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Q: What inspires you to write?

I’ve wanted to be a writer since elementary school and that’s when I wrote my first stories.  I was in love with story-telling and it didn’t matter to me what the genre was.  I read science fiction at a very early age, but also historical fiction and biographies.  Current events can spur a particular book, like my suspense novel Assault With a Deadly Lie which is about police abusing their power over ordinary people. Ideas are everywhere.

Q: Tell me more about the title. What meaning does it have for you?

There’s a Jewish legend that when the Messiah comes, Tisha B’Av, the day in the Jewish calendar that memorializes the destruction of the Temple, will be a day of rejoicing, not mourning.  The title also refers to an act of defiance one of the characters makes.

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Q: What is on your current reading list?

Twilight of Empire about the Hapsburg crown prince who committed suicide; White Lioness because I love Wallander mysteries; 1984 which I’m reading for the third time; Dog is Love about how and why dogs relate to people emotionally; Dark Invasion which explores Germans spying on the U.S. in 1915; and Red Sphinx, a sequel to The Three Musketeers which was my favorite book as a kid.

Q: What is your next writing project?

A mainstream novel about how a professor at a small Midwestern liberal arts college is ineluctably drawn  into campus political and cultural conflicts.  The chaos opens her up to her own difficult childhood and forces her to make serious choices about her future. It’s 200 pages along and will be my 28th book when it’s done.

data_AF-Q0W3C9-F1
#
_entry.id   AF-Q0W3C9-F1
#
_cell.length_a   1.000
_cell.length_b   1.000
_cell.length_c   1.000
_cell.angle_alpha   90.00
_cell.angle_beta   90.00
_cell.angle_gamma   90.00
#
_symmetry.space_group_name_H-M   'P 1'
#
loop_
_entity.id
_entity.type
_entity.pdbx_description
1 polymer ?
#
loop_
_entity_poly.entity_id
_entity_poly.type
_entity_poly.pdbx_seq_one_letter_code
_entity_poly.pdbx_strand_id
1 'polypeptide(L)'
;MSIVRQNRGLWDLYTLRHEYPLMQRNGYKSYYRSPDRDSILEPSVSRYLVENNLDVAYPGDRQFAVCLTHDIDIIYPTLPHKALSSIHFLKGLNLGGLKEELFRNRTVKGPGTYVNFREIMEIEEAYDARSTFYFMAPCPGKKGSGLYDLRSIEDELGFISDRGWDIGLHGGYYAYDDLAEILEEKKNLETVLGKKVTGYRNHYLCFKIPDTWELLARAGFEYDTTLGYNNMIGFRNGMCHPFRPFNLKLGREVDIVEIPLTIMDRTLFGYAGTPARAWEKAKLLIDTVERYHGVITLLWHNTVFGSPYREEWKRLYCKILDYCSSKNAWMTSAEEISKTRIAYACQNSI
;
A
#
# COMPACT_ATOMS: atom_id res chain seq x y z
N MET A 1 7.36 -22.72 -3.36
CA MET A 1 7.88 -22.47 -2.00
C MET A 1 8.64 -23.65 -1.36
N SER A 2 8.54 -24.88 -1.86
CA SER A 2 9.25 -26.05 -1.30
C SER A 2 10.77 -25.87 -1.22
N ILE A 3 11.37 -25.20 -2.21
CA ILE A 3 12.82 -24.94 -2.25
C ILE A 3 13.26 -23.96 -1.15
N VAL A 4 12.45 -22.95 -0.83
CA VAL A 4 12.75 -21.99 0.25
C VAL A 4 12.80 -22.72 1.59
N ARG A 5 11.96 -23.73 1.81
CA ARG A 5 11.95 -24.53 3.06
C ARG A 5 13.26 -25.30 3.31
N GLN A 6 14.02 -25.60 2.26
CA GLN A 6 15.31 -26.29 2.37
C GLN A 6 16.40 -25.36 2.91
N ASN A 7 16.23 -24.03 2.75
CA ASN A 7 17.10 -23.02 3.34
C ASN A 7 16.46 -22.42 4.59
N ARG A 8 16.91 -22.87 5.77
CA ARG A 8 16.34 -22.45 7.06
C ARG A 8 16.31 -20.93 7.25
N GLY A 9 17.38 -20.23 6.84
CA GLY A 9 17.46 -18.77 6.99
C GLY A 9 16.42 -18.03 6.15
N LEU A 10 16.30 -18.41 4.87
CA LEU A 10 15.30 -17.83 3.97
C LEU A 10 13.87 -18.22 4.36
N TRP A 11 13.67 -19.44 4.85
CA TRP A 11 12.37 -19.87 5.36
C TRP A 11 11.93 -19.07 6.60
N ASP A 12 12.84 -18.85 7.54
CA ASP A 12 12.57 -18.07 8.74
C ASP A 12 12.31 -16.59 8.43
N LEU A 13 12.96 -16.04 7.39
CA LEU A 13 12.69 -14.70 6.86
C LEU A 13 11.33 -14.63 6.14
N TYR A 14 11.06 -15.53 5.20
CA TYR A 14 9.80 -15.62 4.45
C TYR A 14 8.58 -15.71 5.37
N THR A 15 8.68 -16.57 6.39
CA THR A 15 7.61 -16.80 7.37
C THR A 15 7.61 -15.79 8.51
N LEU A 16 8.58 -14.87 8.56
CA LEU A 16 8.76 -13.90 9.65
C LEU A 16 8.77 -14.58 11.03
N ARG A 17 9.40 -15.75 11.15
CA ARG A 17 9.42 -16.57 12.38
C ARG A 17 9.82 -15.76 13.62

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Q: Can you provide your web address for the audience?

My author home is http://www.levraphael.com.  I’ve also moved from teaching creative writing, editing, and mentoring writers at Michigan State University to doing it online for writers at all levels: http://www.writewithoutborders.com.

Q: Any closing remarks?

I’m living my dream, have had success I never imagined, like being sent on foreign book tours, and seeing one book sell close to 300,000 copies.

For people who want to write, my advice is read, read, read.  When you find a writer you admire, read everything she’s written–not to copy her, but to understand how she achieves the effects that fascinate you. 

Writers also need to be very patient, because overnight success is pretty rare, so you have to be committed to working on your craft and focus on long-term goals. 

Lastly, build a life that isn’t entirely centered on writing, or the ebb and flow of your career can make you a little crazy.  Have friends who aren’t in the business, have a hobby or hobbies, try for balance in as many ways as you can–and definitely do something physical to get out of your head: swim, do yoga, go running with your dog.

I’ve taken voice lessons just for fun and study Swedish every day for the same reason: they have nothing to do with publishing.